Irish regulator provides Brexit reassurances to financial firms

Out-Law News | 18 Jan 2019 | 4:35 pm | 2 min. read

Irish firms that delegate portfolio management to the UK "can have sufficient confidence" that they will continue to be able to do so once the UK leaves the EU, a senior regulator has said.

Ed Sibley, deputy governor for prudential regulation at the Central Bank of Ireland (CBI), provided the industry with an update on the regulator's Brexit preparations at a conference this week. In a speech, he told the Banking and Payments Federation Ireland (BPFI) that while the prospect of the UK exiting the EU without a formal withdrawal agreement in place presented some short-term risks to Irish financial stability, these risks were, in the regulator's view, "manageable".

"The Irish banking system is considerably more resilient than it was, and the most significant firms operating in Ireland across all sectors have, in line with our requirements, prepared and are executing contingency plans for a 'hard Brexit'," he told the conference. "That is not to say that a hard Brexit will not be bumpy for the economy, and disruptive for the financial system, but that it is resilient enough to withstand these bumps."

Sibley said that the CBI had worked with regulators in the UK and EU to ensure that firms providing services to Irish consumers would be able to continue to do so if there was no deal. In particular, the Department of Finance has tabled emergency legislation for a temporary 'run-off' regime for insurance contracts, which will give insurers and brokers based in the UK or Gibraltar that have not put their own contingencies in place a time-limited period in which to wind up existing business.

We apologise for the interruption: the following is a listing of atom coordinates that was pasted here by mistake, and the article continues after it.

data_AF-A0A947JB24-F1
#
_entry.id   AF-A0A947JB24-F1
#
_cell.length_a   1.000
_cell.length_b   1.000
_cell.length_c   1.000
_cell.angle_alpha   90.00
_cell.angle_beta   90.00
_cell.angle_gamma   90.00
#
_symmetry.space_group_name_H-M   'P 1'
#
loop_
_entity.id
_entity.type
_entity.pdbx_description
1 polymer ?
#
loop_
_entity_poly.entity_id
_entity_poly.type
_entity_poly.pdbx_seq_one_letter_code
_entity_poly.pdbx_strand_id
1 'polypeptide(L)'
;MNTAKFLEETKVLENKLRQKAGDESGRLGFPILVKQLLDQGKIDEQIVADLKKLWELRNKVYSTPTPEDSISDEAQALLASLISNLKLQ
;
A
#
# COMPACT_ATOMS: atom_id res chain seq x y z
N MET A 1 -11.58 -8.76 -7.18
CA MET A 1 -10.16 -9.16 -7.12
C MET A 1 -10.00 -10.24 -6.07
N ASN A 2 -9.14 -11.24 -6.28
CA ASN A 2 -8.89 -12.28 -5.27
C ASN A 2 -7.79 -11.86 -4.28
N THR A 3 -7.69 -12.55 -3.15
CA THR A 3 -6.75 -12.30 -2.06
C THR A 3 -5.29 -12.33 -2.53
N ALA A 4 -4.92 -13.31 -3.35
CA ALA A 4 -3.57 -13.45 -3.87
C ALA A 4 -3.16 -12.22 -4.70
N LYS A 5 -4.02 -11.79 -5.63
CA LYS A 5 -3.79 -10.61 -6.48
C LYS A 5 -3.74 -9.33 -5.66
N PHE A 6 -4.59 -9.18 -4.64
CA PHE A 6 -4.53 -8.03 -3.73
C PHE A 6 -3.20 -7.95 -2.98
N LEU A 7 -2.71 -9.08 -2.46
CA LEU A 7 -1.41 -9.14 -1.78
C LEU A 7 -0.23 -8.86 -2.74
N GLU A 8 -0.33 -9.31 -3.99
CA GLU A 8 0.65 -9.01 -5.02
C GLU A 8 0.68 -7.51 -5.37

The run-off regime set out in the draft legislation would run for three years, and would not allow firms to write new business or renew existing policies, Sibley said. He also warned that Irish consumers may see less choice when shopping for 'niche' insurance products, which are often underwritten by UK-based insurers, or be unable to obtain this type of coverage altogether.

Elsewhere in his speech, Sibley said that the CBI was "delivering a proportionate, efficient, effective authorisation process" for UK firms seeking authorisation in Ireland as a result of Brexit; which was "in line with European regulatory norms".

Dublin-based investment funds expert Gayle Bowen of Pinsent Masons, the law firm behind, said that Sibley's comments would be welcomed by firms.

"Now that a no-deal Brexit is becoming more of a reality, this statement by the Central Bank of Ireland provides much needed comfort and clarity to both the asset management and insurance industries and also to investors, and will ensure that we are not facing a cliff edge departure that would potentially destabilise the UK and EU financial markets," she said.

Insurance and wealth management expert Tobin Ashby of Pinsent Masons said that the temporary run-off regime proposed by the CBI was a "pragmatic" measure.

"The continued uncertainty over the direction of Brexit is proving difficult for insurers with relatively small numbers of customers in other jurisdictions in the EU as the wholesale restructuring of a transfer of business to a new subsidiary is hard to justify - and yet, for individual customers, it would clearly be a significant problem to lose their insurance on the day of Brexit," he said.

"This kind of pragmatic measure from the Irish legislator will therefore no doubt be welcomed by insurers and customers alike to alleviate the consequences of a no-deal Brexit which is still such a realistic possibility," he said.